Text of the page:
How is Body Composition measured?
Body composition can be assessed in a number of different ways, with methods ranging in technicality, cost and accuracy. The only fully accurate measurement of body composition is cadaver whole-body dissection analysis, previously undertaken as part of the ‘Brussels Cadaver Analysis Study’ . In light of this, there are no in vivo techniques for body composition analysis that will provide complete accuracy, and so body composition assessment is an estimate, often made on assumptions regarding the proportions and properties of FM, FFM, water, protein and other minerals.
Methods which are likely more accessible to the general public include skinfold calipers and bioelectrical impedance analysis, whereas research laboratories and elite sports teams may have access to hydrostatic weighing, DEXA and Whole Body Plethysmography (BodPod). Each method has its pros and cons, and it is likely that there is no one technique that is optimal for all situations – this will be discussed in the following sections.
Dual-Energy X-Ray Absorptiometry (DXA)
DXA is based on a three-compartment model that measures bone mineral content, FM and FFM. A full body DXA involves the individual lying on an open scanner for approximately 8 minutes, whilst the ‘arm’ of the machine moves over the length of the body, and scanning using two x-ray beams. The more energy that is absorbed, the denser the tissue. Two energies are used to allow estimates of soft tissue absorption, separate to bone .
DXA is considered the gold standard measurement tool for the diagnosis of osteopenia and osteoporosis . It is fast, non-invasive, and only exposes individuals to a small amount of radiation. The DXA also has the added benefit of providing segmental body composition analysis, which may be of particular interest when looking at bone mineral density in some athletic populations.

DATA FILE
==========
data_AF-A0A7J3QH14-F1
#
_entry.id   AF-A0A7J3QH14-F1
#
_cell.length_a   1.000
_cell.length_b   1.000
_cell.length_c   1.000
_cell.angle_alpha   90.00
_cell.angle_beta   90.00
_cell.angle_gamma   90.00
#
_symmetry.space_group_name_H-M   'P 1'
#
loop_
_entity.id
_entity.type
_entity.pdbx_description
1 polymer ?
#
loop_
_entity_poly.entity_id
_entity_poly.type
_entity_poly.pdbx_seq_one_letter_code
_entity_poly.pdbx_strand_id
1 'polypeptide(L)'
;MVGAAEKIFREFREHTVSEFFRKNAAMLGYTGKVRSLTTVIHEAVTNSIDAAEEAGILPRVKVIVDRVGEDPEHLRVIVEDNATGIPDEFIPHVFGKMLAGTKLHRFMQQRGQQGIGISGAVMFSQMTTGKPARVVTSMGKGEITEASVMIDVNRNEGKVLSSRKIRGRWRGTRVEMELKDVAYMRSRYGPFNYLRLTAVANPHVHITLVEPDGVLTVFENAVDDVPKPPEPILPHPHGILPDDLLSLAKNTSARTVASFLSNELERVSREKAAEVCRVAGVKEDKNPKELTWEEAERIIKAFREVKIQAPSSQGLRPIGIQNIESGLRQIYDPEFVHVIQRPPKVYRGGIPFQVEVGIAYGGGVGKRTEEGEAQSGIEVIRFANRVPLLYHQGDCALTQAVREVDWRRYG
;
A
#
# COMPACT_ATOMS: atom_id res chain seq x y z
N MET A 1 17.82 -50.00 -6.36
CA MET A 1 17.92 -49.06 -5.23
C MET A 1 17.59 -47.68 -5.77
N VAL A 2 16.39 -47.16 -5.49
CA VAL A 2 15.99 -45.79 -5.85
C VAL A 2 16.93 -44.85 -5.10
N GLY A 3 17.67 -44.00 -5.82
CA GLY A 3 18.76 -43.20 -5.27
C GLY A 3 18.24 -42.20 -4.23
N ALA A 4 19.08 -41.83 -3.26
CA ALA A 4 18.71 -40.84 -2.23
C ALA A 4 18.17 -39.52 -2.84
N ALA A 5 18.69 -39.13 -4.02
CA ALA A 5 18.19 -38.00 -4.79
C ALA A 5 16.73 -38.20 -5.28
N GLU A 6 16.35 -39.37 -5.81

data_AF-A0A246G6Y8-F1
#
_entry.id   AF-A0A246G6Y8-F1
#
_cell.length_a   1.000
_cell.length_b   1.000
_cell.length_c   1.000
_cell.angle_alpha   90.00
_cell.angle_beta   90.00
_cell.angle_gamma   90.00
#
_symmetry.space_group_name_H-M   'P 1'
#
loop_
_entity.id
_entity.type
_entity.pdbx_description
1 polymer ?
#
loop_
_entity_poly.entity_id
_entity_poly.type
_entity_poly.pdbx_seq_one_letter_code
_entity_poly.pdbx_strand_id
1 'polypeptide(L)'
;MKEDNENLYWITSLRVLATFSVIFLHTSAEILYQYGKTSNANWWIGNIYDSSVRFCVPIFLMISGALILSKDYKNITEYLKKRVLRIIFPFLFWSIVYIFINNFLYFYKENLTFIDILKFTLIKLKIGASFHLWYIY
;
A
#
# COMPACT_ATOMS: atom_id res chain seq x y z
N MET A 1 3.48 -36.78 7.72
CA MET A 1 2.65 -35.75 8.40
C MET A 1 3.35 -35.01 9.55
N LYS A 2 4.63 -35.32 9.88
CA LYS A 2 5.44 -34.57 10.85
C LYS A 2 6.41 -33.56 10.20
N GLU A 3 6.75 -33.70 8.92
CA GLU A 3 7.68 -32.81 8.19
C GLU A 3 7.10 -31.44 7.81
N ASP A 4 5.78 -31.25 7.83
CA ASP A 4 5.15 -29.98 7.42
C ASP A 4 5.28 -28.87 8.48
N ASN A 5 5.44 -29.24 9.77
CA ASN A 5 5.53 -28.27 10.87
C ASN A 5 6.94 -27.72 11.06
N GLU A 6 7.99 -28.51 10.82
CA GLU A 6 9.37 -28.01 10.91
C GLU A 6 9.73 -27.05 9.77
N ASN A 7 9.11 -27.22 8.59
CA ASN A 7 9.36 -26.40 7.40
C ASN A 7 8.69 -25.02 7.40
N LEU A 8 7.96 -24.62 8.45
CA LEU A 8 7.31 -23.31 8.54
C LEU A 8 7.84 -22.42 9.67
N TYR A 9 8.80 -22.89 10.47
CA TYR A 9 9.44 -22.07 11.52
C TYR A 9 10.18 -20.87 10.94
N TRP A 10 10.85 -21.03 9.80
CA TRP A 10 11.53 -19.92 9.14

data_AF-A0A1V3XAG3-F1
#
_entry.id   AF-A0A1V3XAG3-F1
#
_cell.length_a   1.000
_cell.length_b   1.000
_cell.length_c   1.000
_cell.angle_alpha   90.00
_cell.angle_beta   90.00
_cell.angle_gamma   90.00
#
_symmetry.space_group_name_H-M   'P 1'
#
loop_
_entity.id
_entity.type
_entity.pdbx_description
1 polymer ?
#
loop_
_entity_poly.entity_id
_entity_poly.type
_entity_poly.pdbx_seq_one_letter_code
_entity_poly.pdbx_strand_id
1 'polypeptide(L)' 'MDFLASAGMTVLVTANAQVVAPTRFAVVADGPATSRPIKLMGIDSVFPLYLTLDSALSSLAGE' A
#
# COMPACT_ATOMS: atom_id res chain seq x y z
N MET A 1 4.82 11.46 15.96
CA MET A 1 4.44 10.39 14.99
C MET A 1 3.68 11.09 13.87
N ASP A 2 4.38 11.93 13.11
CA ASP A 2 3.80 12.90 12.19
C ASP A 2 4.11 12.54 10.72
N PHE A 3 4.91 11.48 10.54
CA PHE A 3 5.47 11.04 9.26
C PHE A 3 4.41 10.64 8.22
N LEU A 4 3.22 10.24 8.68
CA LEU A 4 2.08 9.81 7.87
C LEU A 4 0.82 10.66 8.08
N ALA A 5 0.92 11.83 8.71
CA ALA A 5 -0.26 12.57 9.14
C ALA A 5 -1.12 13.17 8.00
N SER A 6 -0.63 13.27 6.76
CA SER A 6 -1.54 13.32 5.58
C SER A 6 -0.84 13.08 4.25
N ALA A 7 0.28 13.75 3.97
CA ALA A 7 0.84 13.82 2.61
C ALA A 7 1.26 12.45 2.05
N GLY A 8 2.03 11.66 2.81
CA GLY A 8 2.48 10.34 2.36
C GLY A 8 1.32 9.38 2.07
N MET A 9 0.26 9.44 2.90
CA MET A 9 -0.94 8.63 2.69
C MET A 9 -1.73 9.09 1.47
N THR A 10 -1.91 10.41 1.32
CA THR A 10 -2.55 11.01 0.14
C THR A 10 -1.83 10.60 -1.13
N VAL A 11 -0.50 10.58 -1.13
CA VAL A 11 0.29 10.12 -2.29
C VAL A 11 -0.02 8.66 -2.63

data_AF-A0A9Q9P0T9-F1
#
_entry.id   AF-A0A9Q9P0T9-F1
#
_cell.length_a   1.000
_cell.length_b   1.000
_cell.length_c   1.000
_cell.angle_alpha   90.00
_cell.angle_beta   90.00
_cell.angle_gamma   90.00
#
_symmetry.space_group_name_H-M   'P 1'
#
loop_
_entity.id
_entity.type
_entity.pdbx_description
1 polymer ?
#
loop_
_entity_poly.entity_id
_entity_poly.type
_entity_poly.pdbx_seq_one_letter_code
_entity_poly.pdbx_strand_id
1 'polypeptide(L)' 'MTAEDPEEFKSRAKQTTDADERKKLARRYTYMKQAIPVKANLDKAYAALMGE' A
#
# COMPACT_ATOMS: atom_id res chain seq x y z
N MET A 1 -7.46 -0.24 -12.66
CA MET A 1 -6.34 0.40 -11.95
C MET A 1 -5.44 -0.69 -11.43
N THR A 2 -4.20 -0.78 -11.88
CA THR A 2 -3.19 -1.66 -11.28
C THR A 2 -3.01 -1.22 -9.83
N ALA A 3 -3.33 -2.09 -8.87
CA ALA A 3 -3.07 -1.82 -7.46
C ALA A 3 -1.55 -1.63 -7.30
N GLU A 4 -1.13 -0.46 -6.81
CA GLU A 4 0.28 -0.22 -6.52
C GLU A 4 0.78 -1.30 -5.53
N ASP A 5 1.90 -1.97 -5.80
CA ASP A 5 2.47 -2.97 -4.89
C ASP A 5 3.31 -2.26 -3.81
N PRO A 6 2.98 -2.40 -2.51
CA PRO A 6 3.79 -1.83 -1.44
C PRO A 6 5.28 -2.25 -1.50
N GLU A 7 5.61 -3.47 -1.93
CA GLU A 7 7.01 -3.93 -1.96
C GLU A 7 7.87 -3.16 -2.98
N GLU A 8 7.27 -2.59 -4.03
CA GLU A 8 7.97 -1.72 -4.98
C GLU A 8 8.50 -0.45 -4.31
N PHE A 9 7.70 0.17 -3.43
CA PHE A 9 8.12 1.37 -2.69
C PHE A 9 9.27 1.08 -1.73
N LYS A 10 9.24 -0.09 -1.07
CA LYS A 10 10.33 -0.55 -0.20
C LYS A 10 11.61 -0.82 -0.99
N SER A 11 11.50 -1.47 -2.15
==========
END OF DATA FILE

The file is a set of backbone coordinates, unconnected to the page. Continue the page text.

Although it is often considered one of the most accurate methods of body composition analysis, it is not without limitations. In athletic populations, longitudinal data from repeated measurements of body composition may be affected by muscle glycogen levels, hydration status and changes in muscle metabolites such as creatine . This may lead to a misrepresentation of FFM, and these factors should be considered when interpreting the results of DXA estimates of body composition.
Skinfold calipers measure a double fold of skin and subcutaneous adipose tissue and apply a constant pressure to the site. Skinfold measurements make the assumption that adipose tissue compresses in a predictable manner, that the thickness of skin is negligible, and the double layer compression is representative of an uncompressed single layer of adipose tissue. Measurements give results in millimetres, which can be then converted to a body fat percentage, with dozens of equations available for varying populations.
A potential limitation of skinfold measurements is that they are dependent on the competency and accuracy of the person taking the measurements (i.e. intra-rater reliability). To minimise technical error of measurement, measurement sites and techniques have previously been defined . Practitioners can become accredited in anthropometric measurement through the International Society for the Advancement of Kinanthropometry (ISAK).
To qualify, practitioners must assess various skinfold sites, girths and breadths, and report values within 10% of a Level 4 anthropometrist, and within 7.5% of their own values when repeating measurements. Skinfold measurements taken just one centimetre away from the defined ISAK sites have previously been shown to produce significant differences in measurement values at each site, indicating how important it is to mark and measure skinfolds correctly for accurate data . Therefore, the intra-rater reliability of the test is extremely important.
Whole Body Plethysmography (BodPod)
Air-displacement plethysmography (ADP) can allow for the calculation of body composition through a 2-compartment model, based on assumptions of value constants for FM and FFM densities. ADP determines body volume by measuring the reduction in chamber volume caused by the introduction of a subject/athlete into a chamber with a fixed air volume . Body weight and body volume are determined by this method, with mass divided by volume providing a measure of density.
Again, this measurement is a non-invasive and quick method, with the advantage of not requiring exposure to radiation. BodPod has been shown to be a valid measure of group average body composition when compared to DXA in female collegiate athletes . However, research has suggested a difference of 5.3% between the BodPod and validated four compartment models, with an error rate of 15% . BodPod has also shown limited accuracy when attempting to determine changes over time , a primary consideration when choosing an assessment method for athletes.